This opinion will be unpublished and

may not be cited except as provided by

Minn. Stat. 480A.08, subd. 3 (1996).




In Re the Marriage of:

Catherine A. Lawson, petitioner,



Douglas L. Lawson,


Filed June 30, 1998


Schumacher, Judge

Scott County District Court

File No. F9615832

Nancy C. Platto, 218 Pine Street, Post Office Box 257, Chaska, MN 55318 (for respondent)

Steven T. Hennek, Lawrence D. Olson & Associates, P.A., 2860 Snelling Avenue North, St. Paul, MN 55113 (for appellant)

Considered and decided by Kalitowski, Presiding Judge, Randall, Judge, and Schumacher, Judge.



Appellant Douglas L. Lawson (father) claims the district court erred in awarding sole physical custody of the parties' children to respondent Catherine A. Lawson (mother), in allowing certain testimony at trial, and in its division of the parties' property. We affirm.


At the dissolution trial, the district court allowed mother to testify that father sexually abused her. In an amended judgment, the district court awarded mother sole physical and legal custody of the children and divided the property. Father claims the district court improperly (a) rejected the custody evaluator's recommendation; (b) received a biased report from the guardian ad litem; (c) awarded mother sole custody despite contrary recommendations by the custody evaluator and guardian ad litem; and (d) failed to award the parties joint physical custody. Father also claims the district court erred in admitting the testimony of abuse and in dividing property.


1. Custody awards are based on a child's "best interests." Minn. Stat. 518.17, subd. 3(a)(3) (1996). Review of custody awards is limited to "whether the trial court abused its discretion by making findings unsupported by the evidence or by improperly applying the law." Pikula v. Pikula, 374 N.W.2d 705, 710 (Minn. 1985). Findings of fact are not set aside unless clearly erroneous. Minn. R. Civ. P. 52.01.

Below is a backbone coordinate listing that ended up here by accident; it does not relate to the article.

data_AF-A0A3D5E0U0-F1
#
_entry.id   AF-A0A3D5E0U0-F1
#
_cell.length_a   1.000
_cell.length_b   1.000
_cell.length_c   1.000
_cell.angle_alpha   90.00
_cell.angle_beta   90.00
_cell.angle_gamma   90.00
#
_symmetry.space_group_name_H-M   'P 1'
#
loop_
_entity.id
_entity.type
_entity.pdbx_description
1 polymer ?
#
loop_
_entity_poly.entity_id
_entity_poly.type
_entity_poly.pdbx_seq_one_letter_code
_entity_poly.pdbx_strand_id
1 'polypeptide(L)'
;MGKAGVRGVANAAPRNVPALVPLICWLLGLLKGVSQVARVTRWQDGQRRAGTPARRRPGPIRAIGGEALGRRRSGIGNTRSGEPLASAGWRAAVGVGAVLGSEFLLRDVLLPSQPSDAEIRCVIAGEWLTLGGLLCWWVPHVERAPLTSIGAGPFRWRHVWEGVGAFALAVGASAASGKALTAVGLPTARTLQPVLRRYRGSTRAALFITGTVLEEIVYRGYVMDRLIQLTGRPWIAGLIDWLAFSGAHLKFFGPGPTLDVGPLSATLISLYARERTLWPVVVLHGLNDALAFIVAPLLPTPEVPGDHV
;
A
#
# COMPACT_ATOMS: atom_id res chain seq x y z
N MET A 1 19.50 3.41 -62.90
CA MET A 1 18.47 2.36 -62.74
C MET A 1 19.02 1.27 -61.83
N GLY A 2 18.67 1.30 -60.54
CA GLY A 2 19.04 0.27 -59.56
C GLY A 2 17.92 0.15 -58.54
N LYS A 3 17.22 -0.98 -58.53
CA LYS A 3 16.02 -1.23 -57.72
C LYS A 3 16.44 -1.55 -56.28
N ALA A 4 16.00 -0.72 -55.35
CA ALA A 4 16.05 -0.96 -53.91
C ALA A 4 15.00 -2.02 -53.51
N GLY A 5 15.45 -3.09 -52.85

Despite the fact that the district court addressed all of the best interest factors, father claims the district court's findings are inadequate to support the custody award because they are based on the guardian ad litem's report, which is not as credible as the custody evaluator's report. See Rutanen v. Olson, 475 N.W.2d 100, 104 (Minn. App. 1991) (custody award contrary to report can be affirmed if district court explains why recommendation is rejected or makes detailed findings on best interests factors).

We reject father's argument because (a) it does not appear the custody findings were based solely on evidence from the guardian ad litem; (b) the alleged defects in the reasons for the guardian ad litem's recommendation were brought out at trial; (c) contrary to father's claims, the guardian ad litem testified the bulk of the information used to make her recommendation was not from mother; and (d) to the extent the district court used the evidence from the guardian ad litem, it implicitly found the evidence credible. We defer to that determination. See Sefkow v. Sefkow, 427 N.W.2d 203, 210 (Minn. 1988) (appellate courts defer to district court credibility determinations); Alstores Realty, Inc. v. State, 286 Minn. 343, 353, 176 N.W.2d 112, 118 (1970) (weight and credibility of expert testimony is for trier of fact to determine).[1]

Father claims the district court should not have received the guardian ad litem's report because she was only directed to mediate visitation disputes. We disagree. See Minn. Stat. 518.165, subd. 2a(5) (1996) (guardian ad litem "shall" make "written reports" on child's best interests including "recommendations and the facts upon which they are based"); Uselman v. Uselman, 464 N.W.2d 130, 138 (Minn. 1990) (whether to receive evidence is discretionary with district court).